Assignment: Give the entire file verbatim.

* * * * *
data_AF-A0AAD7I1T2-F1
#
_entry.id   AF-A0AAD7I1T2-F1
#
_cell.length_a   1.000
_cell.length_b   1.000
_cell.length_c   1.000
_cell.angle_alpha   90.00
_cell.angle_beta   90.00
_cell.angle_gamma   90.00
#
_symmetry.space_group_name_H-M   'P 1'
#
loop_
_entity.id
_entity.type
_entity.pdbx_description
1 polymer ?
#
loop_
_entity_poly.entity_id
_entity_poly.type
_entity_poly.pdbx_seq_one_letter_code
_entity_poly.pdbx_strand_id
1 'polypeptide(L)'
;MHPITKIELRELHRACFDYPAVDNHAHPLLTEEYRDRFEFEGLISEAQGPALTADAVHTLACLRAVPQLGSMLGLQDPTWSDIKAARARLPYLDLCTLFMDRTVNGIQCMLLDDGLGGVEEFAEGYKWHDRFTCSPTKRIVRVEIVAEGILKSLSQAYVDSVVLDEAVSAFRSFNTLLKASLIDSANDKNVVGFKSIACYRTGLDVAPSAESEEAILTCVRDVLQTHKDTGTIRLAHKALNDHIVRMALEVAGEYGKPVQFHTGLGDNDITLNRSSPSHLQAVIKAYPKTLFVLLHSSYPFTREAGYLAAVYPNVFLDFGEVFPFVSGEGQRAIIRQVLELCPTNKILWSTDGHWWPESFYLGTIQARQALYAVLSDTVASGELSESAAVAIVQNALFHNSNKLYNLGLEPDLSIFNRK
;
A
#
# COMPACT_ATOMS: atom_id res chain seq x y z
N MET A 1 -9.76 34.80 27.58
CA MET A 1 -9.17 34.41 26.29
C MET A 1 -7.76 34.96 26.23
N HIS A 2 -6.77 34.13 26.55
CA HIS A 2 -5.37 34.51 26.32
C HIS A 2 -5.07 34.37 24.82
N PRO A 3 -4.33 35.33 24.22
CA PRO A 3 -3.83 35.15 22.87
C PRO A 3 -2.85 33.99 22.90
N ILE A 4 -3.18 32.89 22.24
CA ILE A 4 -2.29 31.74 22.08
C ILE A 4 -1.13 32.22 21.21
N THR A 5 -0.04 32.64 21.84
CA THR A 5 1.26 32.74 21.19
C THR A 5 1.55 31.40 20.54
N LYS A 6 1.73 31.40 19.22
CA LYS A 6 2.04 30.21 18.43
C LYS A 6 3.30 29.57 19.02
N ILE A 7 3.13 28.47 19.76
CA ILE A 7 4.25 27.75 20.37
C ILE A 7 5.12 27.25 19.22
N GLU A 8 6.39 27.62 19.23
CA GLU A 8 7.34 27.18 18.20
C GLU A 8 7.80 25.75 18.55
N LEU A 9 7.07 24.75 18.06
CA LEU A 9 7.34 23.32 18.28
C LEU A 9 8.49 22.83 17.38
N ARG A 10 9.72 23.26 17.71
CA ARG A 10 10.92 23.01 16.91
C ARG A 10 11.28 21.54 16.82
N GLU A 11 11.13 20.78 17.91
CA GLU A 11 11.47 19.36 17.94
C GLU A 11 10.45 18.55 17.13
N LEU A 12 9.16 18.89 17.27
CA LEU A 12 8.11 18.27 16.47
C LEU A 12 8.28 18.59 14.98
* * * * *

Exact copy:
data_AF-A0AAD7I1T2-F1
#
_entry.id   AF-A0AAD7I1T2-F1
#
_cell.length_a   1.000
_cell.length_b   1.000
_cell.length_c   1.000
_cell.angle_alpha   90.00
_cell.angle_beta   90.00
_cell.angle_gamma   90.00
#
_symmetry.space_group_name_H-M   'P 1'
#
loop_
_entity.id
_entity.type
_entity.pdbx_description
1 polymer ?
#
loop_
_entity_poly.entity_id
_entity_poly.type
_entity_poly.pdbx_seq_one_letter_code
_entity_poly.pdbx_strand_id
1 'polypeptide(L)'
;MHPITKIELRELHRACFDYPAVDNHAHPLLTEEYRDRFEFEGLISEAQGPALTADAVHTLACLRAVPQLGSMLGLQDPTWSDIKAARARLPYLDLCTLFMDRTVNGIQCMLLDDGLGGVEEFAEGYKWHDRFTCSPTKRIVRVEIVAEGILKSLSQAYVDSVVLDEAVSAFRSFNTLLKASLIDSANDKNVVGFKSIACYRTGLDVAPSAESEEAILTCVRDVLQTHKDTGTIRLAHKALNDHIVRMALEVAGEYGKPVQFHTGLGDNDITLNRSSPSHLQAVIKAYPKTLFVLLHSSYPFTREAGYLAAVYPNVFLDFGEVFPFVSGEGQRAIIRQVLELCPTNKILWSTDGHWWPESFYLGTIQARQALYAVLSDTVASGELSESAAVAIVQNALFHNSNKLYNLGLEPDLSIFNRK
;
A
#
# COMPACT_ATOMS: atom_id res chain seq x y z
N MET A 1 -9.76 34.80 27.58
CA MET A 1 -9.17 34.41 26.29
C MET A 1 -7.76 34.96 26.23
N HIS A 2 -6.77 34.13 26.55
CA HIS A 2 -5.37 34.51 26.32
C HIS A 2 -5.07 34.37 24.82
N PRO A 3 -4.33 35.33 24.22
CA PRO A 3 -3.83 35.15 22.87
C PRO A 3 -2.85 33.99 22.90
N ILE A 4 -3.18 32.89 22.24
CA ILE A 4 -2.29 31.74 22.08
C ILE A 4 -1.13 32.22 21.21
N THR A 5 -0.04 32.64 21.84
CA THR A 5 1.26 32.74 21.19
C THR A 5 1.55 31.40 20.54
N LYS A 6 1.73 31.40 19.22
CA LYS A 6 2.04 30.21 18.43
C LYS A 6 3.30 29.57 19.02
N ILE A 7 3.13 28.47 19.76
CA ILE A 7 4.25 27.75 20.37
C ILE A 7 5.12 27.25 19.22
N GLU A 8 6.39 27.62 19.23
CA GLU A 8 7.34 27.18 18.20
C GLU A 8 7.80 25.75 18.55
N LEU A 9 7.07 24.75 18.06
CA LEU A 9 7.34 23.32 18.28
C LEU A 9 8.49 22.83 17.38
N ARG A 10 9.72 23.26 17.71
CA ARG A 10 10.92 23.01 16.91
C ARG A 10 11.28 21.54 16.82
N GLU A 11 11.13 20.78 17.91
CA GLU A 11 11.47 19.36 17.94
C GLU A 11 10.45 18.55 17.13
N LEU A 12 9.16 18.89 17.27
CA LEU A 12 8.11 18.27 16.47
C LEU A 12 8.28 18.59 14.98